Why We Marched: First-Hand Accounts of #WomensMarch from Around the World

Attendance at the numerous Women’s Marches across the globe shattered expectations this past Saturday. The centralized message released by the Women’s March on Washington was somewhat vague, but each and every person in attendance had their own reason for marching.

The following women and men attended marches around the country (though most were located in California) and shared their accounts with us regarding their inspiration, experiences, and hopes:

“I remember what life was like for young women before Roe v. Wade, and I don’t want to see us go backwards. Plus, all these men who are against a woman’s right to choose…all they have to do is use protection and these women wouldn’t be getting pregnant. Let them take some of the responsibility! I marched with my 24-year-old granddaughter and her friend and it was a very positive, uplifting, special day, and I plan to join others.” – Joyce Raymer

“I participated in the Women’s March on Washington: Oakland because I wanted to stand in solidarity with the communities that will be hurt by [Trump’s] presidency. Being a white, educated woman in California, Trump’s presidency will likely not have any negative impacts on my life, but I know that is not true for millions of people across the country and around the globe. So I marched to show solidarity with those folks and to show that I will continue to fight to protect their rights, freedoms and opportunities.” – Sierra Marcelius

“I attended the march in Paris with some friends because I think it is important to participate in representing my generation in social and political environments. The march was inspiring and incredibly empowering – seeing the amount of older women, men, and young kids attending was definitely a gratifying feeling. I was a little surprised to see the strong presence of anti-Trump feelings – many French people were chanting things against him in French, as well as holding posters mocking or denouncing inappropriate things he has said or done. Attending the march was an empowering experience which showed a strong support system for women and their rights world-wide, as well as a proof of a transnational stance against Trump’s sexist/racist/xenophobic words.” – Aisling Gallagher

“This was definitely larger than any march, rally, or protest I’d ever participated in, and it was empowering to be surrounded by so many activists. I hope that this march serves as an entry point into political activism for those who weren’t as involved before, and that it becomes a sustained movement moving forward.” – Codi Vierra

“I hope the march re-energized us all. It’s easy to go to one march, one day, when all of your friends are going. But it’s harder to keep up with the news, harder to call your representatives, harder to give time and money to the organizations that will continue to make a difference. It’s emotionally draining – but it will help.” – Daniela Anderson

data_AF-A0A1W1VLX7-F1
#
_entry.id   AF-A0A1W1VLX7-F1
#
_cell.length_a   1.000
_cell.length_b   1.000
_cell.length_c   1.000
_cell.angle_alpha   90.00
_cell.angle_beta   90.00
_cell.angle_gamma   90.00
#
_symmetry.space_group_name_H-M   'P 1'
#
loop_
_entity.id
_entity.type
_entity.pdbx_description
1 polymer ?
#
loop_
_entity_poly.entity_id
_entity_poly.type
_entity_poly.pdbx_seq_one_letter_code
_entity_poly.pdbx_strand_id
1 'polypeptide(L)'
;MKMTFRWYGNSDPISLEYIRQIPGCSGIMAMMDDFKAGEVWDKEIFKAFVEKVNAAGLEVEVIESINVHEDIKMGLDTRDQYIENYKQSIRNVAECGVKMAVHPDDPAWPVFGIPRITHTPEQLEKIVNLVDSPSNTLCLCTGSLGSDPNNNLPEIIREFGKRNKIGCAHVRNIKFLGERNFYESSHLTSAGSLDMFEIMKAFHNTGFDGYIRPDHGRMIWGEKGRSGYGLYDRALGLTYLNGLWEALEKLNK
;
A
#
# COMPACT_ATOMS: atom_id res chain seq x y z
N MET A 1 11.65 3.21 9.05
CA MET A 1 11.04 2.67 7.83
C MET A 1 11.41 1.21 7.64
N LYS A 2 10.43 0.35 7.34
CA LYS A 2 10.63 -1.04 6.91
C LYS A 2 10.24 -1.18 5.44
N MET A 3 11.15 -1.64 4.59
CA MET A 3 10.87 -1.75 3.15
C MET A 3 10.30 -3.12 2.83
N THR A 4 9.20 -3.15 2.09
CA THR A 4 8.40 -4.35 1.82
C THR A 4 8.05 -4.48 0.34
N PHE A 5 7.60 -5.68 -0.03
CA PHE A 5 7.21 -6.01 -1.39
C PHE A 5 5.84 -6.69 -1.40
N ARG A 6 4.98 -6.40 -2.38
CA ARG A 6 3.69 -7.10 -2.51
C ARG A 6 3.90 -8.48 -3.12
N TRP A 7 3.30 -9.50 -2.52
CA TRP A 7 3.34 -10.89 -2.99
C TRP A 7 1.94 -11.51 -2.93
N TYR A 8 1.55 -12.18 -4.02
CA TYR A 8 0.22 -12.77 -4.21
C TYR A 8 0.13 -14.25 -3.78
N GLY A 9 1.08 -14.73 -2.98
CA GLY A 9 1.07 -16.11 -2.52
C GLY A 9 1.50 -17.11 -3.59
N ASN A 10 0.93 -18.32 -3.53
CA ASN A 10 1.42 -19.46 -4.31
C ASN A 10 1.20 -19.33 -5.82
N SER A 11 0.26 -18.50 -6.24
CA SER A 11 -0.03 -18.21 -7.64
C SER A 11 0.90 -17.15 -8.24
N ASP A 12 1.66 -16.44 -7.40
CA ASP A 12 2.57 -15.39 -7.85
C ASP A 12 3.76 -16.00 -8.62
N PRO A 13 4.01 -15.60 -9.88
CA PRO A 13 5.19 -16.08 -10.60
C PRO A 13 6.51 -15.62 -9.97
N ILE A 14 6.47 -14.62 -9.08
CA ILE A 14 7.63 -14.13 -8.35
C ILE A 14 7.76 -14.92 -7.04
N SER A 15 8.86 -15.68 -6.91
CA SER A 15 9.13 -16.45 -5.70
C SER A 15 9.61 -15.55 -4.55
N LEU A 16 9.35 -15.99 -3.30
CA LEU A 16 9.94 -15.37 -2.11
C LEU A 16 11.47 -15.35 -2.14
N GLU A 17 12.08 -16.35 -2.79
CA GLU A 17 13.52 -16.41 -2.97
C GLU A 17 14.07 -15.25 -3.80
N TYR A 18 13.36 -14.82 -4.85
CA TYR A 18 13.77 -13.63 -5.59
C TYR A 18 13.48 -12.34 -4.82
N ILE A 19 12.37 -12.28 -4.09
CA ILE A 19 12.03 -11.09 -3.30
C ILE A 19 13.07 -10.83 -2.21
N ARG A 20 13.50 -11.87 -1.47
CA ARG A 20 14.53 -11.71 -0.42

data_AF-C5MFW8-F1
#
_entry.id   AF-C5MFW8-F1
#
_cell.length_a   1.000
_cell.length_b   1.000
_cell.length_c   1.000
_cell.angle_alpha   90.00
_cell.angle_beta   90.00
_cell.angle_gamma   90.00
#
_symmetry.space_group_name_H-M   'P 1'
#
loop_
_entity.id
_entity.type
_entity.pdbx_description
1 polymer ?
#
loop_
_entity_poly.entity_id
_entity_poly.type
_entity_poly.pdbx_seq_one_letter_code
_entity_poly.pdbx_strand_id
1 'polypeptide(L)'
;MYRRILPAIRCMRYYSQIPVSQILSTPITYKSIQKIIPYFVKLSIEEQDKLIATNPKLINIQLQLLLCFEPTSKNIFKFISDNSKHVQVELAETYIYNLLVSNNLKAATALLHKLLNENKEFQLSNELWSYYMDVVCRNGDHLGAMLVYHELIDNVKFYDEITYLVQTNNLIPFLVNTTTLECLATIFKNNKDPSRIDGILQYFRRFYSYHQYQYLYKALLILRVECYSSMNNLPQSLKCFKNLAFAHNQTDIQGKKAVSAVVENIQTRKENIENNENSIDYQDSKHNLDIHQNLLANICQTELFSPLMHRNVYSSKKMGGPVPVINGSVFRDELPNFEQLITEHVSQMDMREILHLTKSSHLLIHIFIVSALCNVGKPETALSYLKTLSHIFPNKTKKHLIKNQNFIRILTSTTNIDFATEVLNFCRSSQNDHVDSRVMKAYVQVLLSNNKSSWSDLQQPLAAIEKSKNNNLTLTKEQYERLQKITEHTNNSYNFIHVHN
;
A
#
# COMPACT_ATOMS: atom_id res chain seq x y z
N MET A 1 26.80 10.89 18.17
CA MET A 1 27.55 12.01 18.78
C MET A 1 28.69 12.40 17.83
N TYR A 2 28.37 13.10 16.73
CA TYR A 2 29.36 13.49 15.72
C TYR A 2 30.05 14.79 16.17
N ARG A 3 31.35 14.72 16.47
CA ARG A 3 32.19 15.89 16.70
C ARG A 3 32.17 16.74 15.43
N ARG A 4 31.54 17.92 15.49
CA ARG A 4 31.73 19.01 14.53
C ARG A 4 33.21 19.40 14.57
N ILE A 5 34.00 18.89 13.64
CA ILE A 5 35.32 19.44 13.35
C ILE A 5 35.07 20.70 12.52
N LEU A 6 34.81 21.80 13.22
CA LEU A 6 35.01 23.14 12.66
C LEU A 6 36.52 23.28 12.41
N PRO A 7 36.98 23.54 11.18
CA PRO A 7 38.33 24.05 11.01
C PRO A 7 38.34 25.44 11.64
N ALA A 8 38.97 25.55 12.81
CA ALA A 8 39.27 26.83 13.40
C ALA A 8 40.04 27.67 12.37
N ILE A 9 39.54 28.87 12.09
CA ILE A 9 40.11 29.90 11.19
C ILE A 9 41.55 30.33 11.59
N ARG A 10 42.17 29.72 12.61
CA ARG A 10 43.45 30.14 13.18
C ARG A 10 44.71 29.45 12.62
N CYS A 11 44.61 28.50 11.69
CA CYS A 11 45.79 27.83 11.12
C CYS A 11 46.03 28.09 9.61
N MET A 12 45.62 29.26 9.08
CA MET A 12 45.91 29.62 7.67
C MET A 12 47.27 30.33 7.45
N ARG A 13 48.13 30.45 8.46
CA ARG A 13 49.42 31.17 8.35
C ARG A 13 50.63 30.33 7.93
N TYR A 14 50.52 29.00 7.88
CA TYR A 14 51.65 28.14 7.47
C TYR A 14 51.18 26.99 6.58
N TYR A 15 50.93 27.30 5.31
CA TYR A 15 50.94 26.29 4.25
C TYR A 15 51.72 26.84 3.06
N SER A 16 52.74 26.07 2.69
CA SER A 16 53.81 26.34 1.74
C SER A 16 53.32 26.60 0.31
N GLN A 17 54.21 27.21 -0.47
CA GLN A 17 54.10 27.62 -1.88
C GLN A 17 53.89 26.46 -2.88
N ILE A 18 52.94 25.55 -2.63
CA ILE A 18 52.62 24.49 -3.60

“I didn’t walk against anyone and I didn’t walk to send a message to anyone other than the two beautiful, strong, and crazy ladies who have taught me more about women and about myself than anyone in my life. Without my mom and my sister I would not be the man I am today so my message is this: I support you and I love you.” – Justin Graeber

“I marched because I wanted to publicly take a stand against President Trump’s administration and the war it has already begun waging against women, POC, and the LGBTQ community… I also marched to feel support; I found it extremely empowering to be surrounded by people who believe the things I do and who are committed to protecting the rights of their community.” – Elisse Miller

“I participated because decisions were being made in my country that left me feeling helpless, hopeless, and like I had no control…Since the election I am no longer willing to smile and nod when unjust comments are being made, and I am no longer willing to shy away from confrontation when someone is speaking with intolerance.” – Maria Restivo

“The march itself was amazing, I was surrounded by thousands of people who believe that I deserve to exist, every time I made eye contact with anyone there was a smile and a little surge of hope for the future.” – Andy Dettinger

“I marched for my daughter. She…was assigned to Planned Parenthood for her pediatrician so making sure it keeps [receiving] funding is important to me…It was a really positive experience, I was happy that most of the signs were pretty positive; there wasn’t very much hate at all.” – Sara Atsatt

“Knowing that I was supported and that I supported everyone around me… I hope that those who are feeling alone and outcast know that there is a larger community around the world that loves them and supports them for who they are and what they believe in.” – Ray Hendricks-Key

“I marched because I felt that it was important that we show that we will not sit and let our rights be threatened. It was a call to action and I felt it was important to answer that call… I hope the current administration realizes that we are worth protecting and representing.” – Abigail Hollandsworth

“I marched for sexual assault survivors, who have been blatantly told that they are not to be taken seriously or that their trauma and experience doesn’t matter. I marched in adamant dissent against normalizing rape culture, which was vividly exemplified by Trump’s statements about the domination and objectification of women. I marched to make sure people know we do not think women being devalued, underpaid, objectified, and violated is okay.” – Elizabeth Brekke

Editor’s note: This article was a collaboration between authors Kaia Los Huertos and Kendall Shain.

Photo Credit: Shawn M. Griffiths / IVN News